The preparations for the trip have began, the packing of suitcases has started. Small but powerful – with the contents of these boxes, about 75 adult cats and 30 kittens can be dewormed, 18 to 27 cats can be treated for fleas and mites and 10 cats can be tested for FIV and FeLV. At the same time, a food pallet was packed again – the fourth in the meantime. As always, our pallet (on the right in the picture) is the largest! It arrived in Andros on March 29.
Right from the start, the first four cats were neutered – Samira, Ylvi, Kimi and Sophia. But as always after arrival, the path leads to the feeding site #1 in the evening. The news from there is not good. Winter took its toll – many cats are no longer there and those who can be found often have severe cat flu. Elias was particularly badly hit and was immediately treated with antibiotics by Marie. Well-known faces from the previous year appear. Some still without names, but also others like Aliki and Melina. In addition, new cats who are still watching everything from a safe distance.
Aliki and Elias in the sun. The parasites are an additional burden next to the cat flu – Marie is gradually coming to grips with them. As you can see from Elias on the neck, the neutering does not protect him from territorial fights due to so many unneutered tomcats on site. Elias is a social dream cat. He cuddles everyone, even though he is so bad.
There is also a first travel candidate – Amy. This time Marie asked A. to get the cats ready for travel who most needed to come to Germany. She is on site and can assess it better. Amy has extreme flu and doesn’t eat anymore. She is a newcomer at the garbage containers. Because she comes to Germany, she was able to stay with S. That will have saved her life – she’s still not well. What can be recognized as a belly is worm infestation.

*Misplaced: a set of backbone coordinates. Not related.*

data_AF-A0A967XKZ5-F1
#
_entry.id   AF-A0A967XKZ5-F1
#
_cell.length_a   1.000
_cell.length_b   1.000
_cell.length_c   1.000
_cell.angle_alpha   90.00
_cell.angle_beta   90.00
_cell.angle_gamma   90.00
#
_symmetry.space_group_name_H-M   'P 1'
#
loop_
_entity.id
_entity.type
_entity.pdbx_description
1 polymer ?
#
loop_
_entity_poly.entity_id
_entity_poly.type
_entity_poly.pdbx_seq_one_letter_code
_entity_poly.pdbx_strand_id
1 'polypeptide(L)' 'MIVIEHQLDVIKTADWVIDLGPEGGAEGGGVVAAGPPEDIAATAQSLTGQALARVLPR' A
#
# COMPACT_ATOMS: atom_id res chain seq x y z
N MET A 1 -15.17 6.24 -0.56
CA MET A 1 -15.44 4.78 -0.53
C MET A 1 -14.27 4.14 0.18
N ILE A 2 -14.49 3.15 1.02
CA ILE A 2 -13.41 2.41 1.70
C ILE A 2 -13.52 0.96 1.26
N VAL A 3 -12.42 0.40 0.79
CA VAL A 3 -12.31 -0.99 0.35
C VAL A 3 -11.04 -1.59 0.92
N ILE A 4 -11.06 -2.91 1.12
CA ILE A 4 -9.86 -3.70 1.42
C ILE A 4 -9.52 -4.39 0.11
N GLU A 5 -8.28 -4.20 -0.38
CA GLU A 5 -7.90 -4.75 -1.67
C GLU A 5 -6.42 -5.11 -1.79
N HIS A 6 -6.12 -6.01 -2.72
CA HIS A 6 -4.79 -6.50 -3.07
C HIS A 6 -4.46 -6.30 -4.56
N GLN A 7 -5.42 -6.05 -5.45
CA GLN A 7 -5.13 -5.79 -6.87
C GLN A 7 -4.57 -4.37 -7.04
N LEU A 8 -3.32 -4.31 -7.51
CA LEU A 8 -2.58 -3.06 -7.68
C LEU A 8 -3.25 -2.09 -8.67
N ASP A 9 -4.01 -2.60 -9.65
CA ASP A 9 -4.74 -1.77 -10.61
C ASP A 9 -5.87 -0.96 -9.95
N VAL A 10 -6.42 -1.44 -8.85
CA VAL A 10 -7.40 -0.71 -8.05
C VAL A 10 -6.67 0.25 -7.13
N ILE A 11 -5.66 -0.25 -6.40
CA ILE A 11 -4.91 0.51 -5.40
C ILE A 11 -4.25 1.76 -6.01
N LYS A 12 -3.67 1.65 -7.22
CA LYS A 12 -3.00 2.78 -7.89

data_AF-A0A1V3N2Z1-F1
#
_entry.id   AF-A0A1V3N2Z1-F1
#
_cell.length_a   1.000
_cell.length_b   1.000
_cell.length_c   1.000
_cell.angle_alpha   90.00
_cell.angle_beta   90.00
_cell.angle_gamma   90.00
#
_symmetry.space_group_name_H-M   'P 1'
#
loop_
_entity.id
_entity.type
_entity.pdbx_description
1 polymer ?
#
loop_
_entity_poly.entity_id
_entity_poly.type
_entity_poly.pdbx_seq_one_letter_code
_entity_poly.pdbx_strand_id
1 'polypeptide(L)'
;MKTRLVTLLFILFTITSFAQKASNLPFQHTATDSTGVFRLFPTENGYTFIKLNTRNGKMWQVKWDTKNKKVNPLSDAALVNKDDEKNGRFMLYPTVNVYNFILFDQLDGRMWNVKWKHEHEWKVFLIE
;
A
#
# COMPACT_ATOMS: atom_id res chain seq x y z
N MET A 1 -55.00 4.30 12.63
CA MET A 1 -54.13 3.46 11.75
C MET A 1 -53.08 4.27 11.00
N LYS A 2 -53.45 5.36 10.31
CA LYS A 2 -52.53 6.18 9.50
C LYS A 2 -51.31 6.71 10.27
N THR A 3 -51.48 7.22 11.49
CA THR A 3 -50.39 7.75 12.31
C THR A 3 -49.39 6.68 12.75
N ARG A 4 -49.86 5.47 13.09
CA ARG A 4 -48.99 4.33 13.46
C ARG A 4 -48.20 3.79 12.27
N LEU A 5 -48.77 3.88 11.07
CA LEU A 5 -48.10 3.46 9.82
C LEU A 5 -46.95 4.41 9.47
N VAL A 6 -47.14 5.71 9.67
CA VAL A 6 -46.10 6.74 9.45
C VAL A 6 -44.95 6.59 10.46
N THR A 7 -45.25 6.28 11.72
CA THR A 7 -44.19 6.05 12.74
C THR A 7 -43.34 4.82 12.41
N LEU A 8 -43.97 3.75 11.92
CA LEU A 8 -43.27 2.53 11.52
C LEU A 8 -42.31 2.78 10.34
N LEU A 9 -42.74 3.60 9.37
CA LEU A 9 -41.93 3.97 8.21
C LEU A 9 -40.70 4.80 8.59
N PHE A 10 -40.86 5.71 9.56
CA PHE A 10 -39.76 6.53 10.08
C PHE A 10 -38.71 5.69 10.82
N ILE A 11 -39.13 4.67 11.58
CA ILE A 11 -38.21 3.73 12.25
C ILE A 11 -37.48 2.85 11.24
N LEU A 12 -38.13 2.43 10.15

The first four neutering candidates are back home and happy about it. By the way, the stray cats are not neutered over the stomach, but on the side. This has the advantage that the cats can move faster again and are released the next day and can join the lucky ones who were neutered last year. There they can get itself well in the sun.
And it’s already the next ones in the queue. 5 of these 6 kittens were abandoned at the garbage dump. At the veterinarian they are given antibiotics against cat flu, an all-round treatment against parasites (fleas, mites, worms) and are neutered if possible – three are queens, two tomcats. The little one may not be neutered because she is too tiny and sick. She will travel to Germany, then she can also be neutered there.
The feeding site is better visited again. The cats quickly learned that there is now food three times a day. The two tomcats live at the garbage site. They also got the cat flu badly. They hardly eat, but surprisingly let the antibiotic be thrown down their throats. Old warhorses who could defend themselves but not raise a paw as if they knew that the pill would help them. Finally, they come to the vet for an antibiotics injection. It then lasts again for 6 days. This means that they are covered with antibiotics long enough to treat the cat flu.
They are also medium-term travel candidates. They are people-related, cuddle up at every opportunity. For them, more contact with people would simply be nice. And socially, they’re just great characters. You can clearly see that they need more care and a roof over their heads to get durable healthy.